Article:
The simplest instance of a *q*-analog in math is to replace a positive integer *n* by a polynomial in *q* that converges to *n* as *q* → 1. Specifically, we associate with *n* the polynomial

[*n*]_{q} = 1 + *q* + *q*² + *q*³ + … + *q*^{n−1}.

which obviously converges to *n* when *q* → 1.

More generally we can associate with a real number *a* the rational polynomial

[*a*]_{q} = (1 − *q*^{a}) / (1 − *q*).

When *a* is a positive integer, the two definitions are the same. When *a* is not an integer, you can see by L’Hôpital’s rule that

lim_{q → 1} [*a*]_{q} = *a*.

## Motivation

Why would you do this? I believe the motivation was to be able to define a limit of a series where the most direct approach fails or is difficult to work with. Move over to the land of *q*-analogs, do all your manipulations there where requiring |*q*| < 1 avoids problems with convergence, then take the limit as *q* goes to 1 when you’re done.

## q-factorials and q-binomial coefficients

The factorial of a positive integer is

*n*! = 1 × 2 × 3 × … × *n*

The ** q-factorial** of

*n*replaces each term in the definition of factorial with its

*q*-analog:

[*n*]_{q}! = [1]_{q} [2]_{q} [3]_{q} … [*n*]_{q}

(It helps to think of []_{q}! as a single operator defining the *q*-factorial as above. This is not the factorial of [*n*]_{q}.)

Similarly, you can start with the definition of a binomial coefficient

*n*! / (*k*! (*n * − *k*)!)

and define the ** q-binomial** coefficient by replacing factorials with

*q*-factorials.

[*n*]_{q}! / ([*k*]_{q}! [*n* − *k*]_{q}!)

You can apply the same process to rising and falling powers, and then replace the rising powers in the definition of a hypergeometric function to define *q*-analogs of these functions.

(The *q*-analogs of hypergeometric functions are confusingly called “basic hypergeometric functions.” They are not basic in the sense of simple examples; they’re not examples at all but new functions. And they’re not basic in the sense of a basis in linear algebra. Instead, the name comes from *q* being the base of an exponent.)

## Plot twist

And now for the plot twist promised in the title.

I said above that the *q*-analogs were motivated by subtle problems with convergence. There’s the idea in the background that eventually someone is going to let *q* approach 1 in a limit. But what if they don’t?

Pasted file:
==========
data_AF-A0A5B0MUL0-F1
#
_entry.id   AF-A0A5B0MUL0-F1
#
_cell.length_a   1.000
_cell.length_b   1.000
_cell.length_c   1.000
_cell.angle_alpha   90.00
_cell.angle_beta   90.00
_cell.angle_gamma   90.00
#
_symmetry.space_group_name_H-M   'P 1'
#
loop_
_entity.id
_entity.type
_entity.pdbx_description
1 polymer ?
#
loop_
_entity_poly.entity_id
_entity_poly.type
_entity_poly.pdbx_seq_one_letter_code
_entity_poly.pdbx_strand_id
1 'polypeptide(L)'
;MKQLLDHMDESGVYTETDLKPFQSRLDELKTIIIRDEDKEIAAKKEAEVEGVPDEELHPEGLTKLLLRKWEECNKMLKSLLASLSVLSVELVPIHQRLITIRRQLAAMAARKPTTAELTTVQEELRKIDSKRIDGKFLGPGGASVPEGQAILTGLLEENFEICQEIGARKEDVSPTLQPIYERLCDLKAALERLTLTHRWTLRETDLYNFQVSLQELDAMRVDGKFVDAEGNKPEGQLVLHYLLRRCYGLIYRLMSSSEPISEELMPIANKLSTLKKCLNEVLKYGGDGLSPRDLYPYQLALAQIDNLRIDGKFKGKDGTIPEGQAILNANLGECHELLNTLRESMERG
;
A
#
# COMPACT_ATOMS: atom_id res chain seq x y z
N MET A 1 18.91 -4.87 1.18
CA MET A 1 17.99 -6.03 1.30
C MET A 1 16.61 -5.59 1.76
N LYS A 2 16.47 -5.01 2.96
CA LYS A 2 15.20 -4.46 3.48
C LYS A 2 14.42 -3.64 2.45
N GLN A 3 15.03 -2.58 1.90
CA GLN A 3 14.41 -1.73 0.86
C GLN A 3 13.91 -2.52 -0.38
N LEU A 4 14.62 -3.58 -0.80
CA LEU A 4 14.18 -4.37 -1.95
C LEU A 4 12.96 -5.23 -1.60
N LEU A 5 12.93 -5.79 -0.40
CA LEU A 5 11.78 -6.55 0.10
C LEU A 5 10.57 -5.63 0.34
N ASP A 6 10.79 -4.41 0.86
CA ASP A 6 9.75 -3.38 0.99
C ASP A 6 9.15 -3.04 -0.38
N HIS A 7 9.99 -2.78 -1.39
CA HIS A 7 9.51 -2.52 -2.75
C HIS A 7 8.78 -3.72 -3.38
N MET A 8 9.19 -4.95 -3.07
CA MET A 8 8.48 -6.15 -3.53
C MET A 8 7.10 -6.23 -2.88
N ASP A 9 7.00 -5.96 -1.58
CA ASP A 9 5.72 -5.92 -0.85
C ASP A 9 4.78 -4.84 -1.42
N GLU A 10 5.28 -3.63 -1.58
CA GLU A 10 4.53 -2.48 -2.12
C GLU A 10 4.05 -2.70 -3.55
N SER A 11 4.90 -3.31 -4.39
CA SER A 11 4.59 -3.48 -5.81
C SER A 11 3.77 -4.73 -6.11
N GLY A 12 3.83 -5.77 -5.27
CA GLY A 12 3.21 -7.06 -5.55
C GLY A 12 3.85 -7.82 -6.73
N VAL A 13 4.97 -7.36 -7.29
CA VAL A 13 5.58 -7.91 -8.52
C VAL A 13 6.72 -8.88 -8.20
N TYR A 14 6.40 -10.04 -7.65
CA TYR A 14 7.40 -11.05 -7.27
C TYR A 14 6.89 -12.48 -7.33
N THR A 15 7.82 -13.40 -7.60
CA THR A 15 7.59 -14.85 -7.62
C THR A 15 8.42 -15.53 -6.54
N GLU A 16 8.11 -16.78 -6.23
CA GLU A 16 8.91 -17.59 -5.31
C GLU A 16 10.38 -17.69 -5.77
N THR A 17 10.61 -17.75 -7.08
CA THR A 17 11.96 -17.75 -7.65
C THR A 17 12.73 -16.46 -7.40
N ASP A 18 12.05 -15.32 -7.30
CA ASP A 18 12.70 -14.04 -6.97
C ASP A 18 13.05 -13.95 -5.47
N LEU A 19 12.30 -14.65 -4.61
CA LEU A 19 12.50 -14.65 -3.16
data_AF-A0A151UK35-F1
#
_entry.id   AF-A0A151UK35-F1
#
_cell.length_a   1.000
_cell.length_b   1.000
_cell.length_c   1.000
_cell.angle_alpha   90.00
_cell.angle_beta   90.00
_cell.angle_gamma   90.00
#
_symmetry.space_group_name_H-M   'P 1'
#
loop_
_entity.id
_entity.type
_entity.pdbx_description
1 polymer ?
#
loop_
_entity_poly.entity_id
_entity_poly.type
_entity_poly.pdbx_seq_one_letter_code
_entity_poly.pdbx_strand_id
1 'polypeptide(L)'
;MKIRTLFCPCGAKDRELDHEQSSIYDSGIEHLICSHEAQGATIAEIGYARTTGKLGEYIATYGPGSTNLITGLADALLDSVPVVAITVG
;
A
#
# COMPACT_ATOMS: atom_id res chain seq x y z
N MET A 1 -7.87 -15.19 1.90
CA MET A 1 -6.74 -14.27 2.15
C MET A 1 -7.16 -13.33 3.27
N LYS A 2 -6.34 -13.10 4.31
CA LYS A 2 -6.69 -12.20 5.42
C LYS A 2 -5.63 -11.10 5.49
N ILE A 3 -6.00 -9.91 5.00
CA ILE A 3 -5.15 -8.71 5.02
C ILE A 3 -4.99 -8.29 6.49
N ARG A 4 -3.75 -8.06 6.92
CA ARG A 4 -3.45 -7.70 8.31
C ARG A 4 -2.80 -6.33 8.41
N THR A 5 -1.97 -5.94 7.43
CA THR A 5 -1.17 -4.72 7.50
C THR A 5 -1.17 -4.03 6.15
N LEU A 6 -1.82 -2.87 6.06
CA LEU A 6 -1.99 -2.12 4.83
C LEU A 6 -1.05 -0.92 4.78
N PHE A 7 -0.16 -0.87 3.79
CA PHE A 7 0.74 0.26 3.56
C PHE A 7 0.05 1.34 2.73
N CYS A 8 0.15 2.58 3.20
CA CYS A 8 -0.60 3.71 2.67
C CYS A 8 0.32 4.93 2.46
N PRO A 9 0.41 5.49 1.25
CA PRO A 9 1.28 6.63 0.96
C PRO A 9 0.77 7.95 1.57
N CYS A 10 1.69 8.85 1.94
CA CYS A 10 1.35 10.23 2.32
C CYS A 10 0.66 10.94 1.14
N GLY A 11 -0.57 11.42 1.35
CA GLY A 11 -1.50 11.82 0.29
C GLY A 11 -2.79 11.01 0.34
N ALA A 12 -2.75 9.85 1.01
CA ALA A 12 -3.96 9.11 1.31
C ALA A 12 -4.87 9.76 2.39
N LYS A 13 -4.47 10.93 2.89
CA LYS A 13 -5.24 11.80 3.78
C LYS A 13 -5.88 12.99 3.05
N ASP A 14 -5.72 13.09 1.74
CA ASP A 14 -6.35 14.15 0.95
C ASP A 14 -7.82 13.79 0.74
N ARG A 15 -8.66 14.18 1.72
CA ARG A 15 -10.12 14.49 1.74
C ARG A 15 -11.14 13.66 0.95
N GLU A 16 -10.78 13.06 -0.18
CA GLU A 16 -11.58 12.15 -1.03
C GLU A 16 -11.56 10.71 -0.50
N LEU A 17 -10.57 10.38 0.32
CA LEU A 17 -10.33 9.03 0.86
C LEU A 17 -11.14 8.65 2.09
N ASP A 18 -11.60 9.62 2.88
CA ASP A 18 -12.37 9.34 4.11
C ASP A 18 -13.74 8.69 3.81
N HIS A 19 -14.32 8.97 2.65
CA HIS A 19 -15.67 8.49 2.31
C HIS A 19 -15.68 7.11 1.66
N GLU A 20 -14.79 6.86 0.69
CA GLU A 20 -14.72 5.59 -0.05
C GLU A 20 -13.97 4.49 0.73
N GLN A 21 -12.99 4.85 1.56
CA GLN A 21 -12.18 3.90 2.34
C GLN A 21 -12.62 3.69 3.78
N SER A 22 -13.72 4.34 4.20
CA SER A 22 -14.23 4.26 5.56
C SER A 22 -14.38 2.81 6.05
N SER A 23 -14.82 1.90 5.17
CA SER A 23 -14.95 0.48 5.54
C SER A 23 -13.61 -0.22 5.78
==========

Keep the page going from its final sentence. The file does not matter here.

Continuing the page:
The theorems proved about *q*-analogs were first developed with the implicit assumption that |*q*| < 1, but at some point someone realized that the theorems don’t actually require this, and are generally true for any *q*. (Maybe you have to avoid *q* = 1 to not divide by 0 or something like that.)

Someone observed that *q*-analog theorems are useful when *q* is a prime power. I wonder who first thought of this and why. It could have been inspired by the notation, since *q* often denotes a prime power in the context of number theory. It could have been as simple as a sort of mathematical pun. What if I take the symbol *q* in this context and interpret it the way *q* is interpreted in another context?

Now suppose we have a finite field *F* with *q* elements; a theorem says *q* has to be a prime power. Form an *n*-dimensional vector space over *F*. How many subspaces of dimension *k* are there in this vector space? The answer is the *q*-binomial coefficient of *n* and *k*. I explore this further in the next post.

Weirdly, I believe Gauss introduced the variable q for basic hypergeometric functions before the connection to prime powers was noticed – or, of course, the connection to quantum groups, where q means “quantum”.

Never heard of q-analogs before. Had to consult Wikipedia and ended up with the field with one element https://en.wikipedia.org/wiki/Field_with_one_element

Nice.